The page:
Campus estate upgrades ‘at risk from Brexit borrowing squeeze’

Infrastructure plans at English universities may be derailed by credit downgrade and loss of access to European Investment Bank, says regulator

January 27, 2018
Stock market crash brought on by Brexit
Source: istock

Plans to invest almost £5 billion annually in English university estates may be thrown into jeopardy by a Brexit-related squeeze on borrowing, a report suggests.

Despite having ploughed about £40 billion into improving their estates over the past 15 years, English universities are set to accelerate their capital expenditure over the next three years, with some £14.6 billion due to be spent on infrastructure between 2017-18 and 2019-20, says the analysis by the Higher Education Funding Council for England.

Much of this expenditure will be financed by new borrowing, with institutions forecast to take at least an additional £2.8 billion in borrowing by the end of 2019-20, says the board paper, “Borrowing in the Hefce-funded HE sector”, published last month.

That will push the sector’s overall borrowing to £11.7 billion by the end of this period, which would represent about 35 per cent of the sector’s annual income, the paper says.

Although the availability of finance “has not been an issue for the higher education sector over recent years”, says the study, this could change because of “uncertainty around specific developments which might, directly or indirectly, affect the sector such as changing higher education policy, funding arrangements and Brexit”.

Seven UK institutions, including the University of Liverpool, the University of Leeds and the University of Southampton, had their credit ratings downgraded in the wake of the European Union referendum verdict, which “could have implications for the price and availability of future borrowings across the sector”, the report says.

Although this downgrade by Moody’s in September is “not expected [to] impact on existing borrowing at these institutions…it could have implications for the price and availability of future borrowing across the sector”, the report says.

Any restrictions on access to funding from the European Investment Bank – described as an “important option as a lender” in recent years – could be particularly bad news for UK universities, the Hefce report suggests.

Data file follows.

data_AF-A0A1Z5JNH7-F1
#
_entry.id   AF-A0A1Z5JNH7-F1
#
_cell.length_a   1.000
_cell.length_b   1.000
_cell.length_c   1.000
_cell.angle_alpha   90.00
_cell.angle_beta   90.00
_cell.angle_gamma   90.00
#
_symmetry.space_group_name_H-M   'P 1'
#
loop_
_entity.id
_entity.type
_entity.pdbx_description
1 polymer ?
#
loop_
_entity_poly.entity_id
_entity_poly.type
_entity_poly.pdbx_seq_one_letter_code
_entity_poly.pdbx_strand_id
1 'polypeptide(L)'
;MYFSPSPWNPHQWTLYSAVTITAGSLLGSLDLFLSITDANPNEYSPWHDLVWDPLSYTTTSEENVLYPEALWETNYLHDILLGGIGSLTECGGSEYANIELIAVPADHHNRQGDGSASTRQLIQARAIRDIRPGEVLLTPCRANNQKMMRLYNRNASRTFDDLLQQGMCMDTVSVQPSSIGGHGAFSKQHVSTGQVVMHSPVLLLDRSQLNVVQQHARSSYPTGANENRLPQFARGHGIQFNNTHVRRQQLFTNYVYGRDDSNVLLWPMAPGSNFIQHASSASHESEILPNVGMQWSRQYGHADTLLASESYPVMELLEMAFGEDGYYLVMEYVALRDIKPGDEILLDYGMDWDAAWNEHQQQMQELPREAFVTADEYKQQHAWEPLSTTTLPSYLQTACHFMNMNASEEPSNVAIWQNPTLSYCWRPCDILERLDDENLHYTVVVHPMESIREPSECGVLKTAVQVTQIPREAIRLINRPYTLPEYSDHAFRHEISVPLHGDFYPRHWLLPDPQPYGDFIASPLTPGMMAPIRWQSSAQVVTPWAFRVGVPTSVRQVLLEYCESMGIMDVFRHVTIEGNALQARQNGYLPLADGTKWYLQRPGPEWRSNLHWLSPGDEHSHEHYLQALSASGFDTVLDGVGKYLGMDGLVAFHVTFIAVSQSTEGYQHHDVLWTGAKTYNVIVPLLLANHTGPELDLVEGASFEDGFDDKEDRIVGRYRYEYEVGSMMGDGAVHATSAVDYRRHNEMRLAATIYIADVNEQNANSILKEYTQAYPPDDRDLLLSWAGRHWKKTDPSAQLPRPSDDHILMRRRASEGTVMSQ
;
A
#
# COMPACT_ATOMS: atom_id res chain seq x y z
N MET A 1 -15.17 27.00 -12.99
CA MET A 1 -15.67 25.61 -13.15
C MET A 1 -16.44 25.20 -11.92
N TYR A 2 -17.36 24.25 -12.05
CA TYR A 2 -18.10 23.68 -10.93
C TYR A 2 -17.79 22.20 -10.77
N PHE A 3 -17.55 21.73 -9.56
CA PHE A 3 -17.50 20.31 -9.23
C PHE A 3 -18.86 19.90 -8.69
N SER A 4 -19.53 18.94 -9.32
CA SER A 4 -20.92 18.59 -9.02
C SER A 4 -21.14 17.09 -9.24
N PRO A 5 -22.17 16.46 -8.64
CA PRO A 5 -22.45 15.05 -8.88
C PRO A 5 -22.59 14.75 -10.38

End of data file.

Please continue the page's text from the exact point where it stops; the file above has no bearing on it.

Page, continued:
Aside from the bond markets, which lent about £800 million to universities in 2015-16 and 2016-17, the EIB was the biggest lender to UK universities, awarding just over £300 million in loans over this period.

Although the EIB has yet to announce if its policy on lending to UK institutions will change in the period before the UK leaves the European Union in 2019, the Hefce report remarks that “the EIB are taking a much more cautious approach to new borrowing proposals from the UK”. Funding from the EIB for non-EU nations is possible but is “much more limited”, the report adds.

Loans from the EIB have been crucial for several landmark university projects in recent years, including a 25-year, £60 million loan extended to Swansea University in 2016 to upgrade its campuses.

Access to EIB loans is particularly critical for less selective universities, the report notes, because “high tariff institutions are those which have been most able to commit to private and public bond arrangements”.

Expected rises in the Bank of England’s base interest rate may also “influence the sector’s borrowing appetite and capital infrastructure strategies over the forecast period”, the report adds.

jack.grove@timeshighereducation.com

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